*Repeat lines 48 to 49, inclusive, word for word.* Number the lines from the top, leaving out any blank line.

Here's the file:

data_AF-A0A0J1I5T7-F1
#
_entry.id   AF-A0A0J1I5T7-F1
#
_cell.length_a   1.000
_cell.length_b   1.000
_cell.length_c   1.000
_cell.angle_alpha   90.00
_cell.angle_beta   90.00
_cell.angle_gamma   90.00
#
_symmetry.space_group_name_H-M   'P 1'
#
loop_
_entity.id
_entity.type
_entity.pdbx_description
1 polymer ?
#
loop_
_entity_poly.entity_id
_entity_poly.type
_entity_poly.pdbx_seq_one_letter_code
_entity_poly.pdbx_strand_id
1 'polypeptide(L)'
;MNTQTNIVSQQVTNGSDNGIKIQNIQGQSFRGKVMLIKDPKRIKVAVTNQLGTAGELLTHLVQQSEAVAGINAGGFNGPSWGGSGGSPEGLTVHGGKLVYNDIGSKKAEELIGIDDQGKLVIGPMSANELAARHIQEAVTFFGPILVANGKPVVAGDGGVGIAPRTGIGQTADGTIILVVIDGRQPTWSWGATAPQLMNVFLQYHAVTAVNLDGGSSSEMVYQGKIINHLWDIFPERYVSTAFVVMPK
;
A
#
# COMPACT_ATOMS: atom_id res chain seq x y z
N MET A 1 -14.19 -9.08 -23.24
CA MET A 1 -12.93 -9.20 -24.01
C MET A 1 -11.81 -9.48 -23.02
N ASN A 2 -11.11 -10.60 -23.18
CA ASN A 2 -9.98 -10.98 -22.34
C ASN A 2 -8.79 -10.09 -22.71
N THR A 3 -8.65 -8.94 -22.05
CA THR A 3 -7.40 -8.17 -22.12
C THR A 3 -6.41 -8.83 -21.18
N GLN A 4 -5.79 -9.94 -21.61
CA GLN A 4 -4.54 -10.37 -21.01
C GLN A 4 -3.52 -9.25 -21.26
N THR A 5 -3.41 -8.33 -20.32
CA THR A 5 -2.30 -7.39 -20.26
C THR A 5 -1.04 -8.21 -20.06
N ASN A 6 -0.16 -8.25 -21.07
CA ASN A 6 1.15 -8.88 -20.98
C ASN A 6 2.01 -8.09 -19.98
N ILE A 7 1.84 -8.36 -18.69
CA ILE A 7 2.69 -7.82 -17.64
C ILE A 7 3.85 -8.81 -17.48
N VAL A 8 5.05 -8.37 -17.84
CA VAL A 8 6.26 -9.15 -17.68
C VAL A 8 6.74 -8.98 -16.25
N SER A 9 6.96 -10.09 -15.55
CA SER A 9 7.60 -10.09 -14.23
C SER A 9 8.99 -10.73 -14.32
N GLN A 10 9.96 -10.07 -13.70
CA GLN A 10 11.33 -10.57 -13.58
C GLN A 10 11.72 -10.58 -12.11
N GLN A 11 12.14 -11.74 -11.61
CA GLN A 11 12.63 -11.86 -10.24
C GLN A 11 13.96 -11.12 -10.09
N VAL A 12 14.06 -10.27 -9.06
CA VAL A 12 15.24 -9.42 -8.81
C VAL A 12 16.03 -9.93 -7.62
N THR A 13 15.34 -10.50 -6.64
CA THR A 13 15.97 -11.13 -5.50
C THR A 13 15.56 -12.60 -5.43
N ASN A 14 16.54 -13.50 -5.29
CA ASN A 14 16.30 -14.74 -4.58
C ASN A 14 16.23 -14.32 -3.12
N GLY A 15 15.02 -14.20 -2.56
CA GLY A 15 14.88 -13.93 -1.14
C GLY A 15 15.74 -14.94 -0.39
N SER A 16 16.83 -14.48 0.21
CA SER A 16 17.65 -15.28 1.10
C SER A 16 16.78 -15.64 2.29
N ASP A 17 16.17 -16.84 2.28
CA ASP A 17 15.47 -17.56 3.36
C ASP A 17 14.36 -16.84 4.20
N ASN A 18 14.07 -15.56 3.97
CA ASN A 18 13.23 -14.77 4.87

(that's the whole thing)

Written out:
C ASN A 6 2.01 -8.09 -19.98
N ILE A 7 1.84 -8.36 -18.69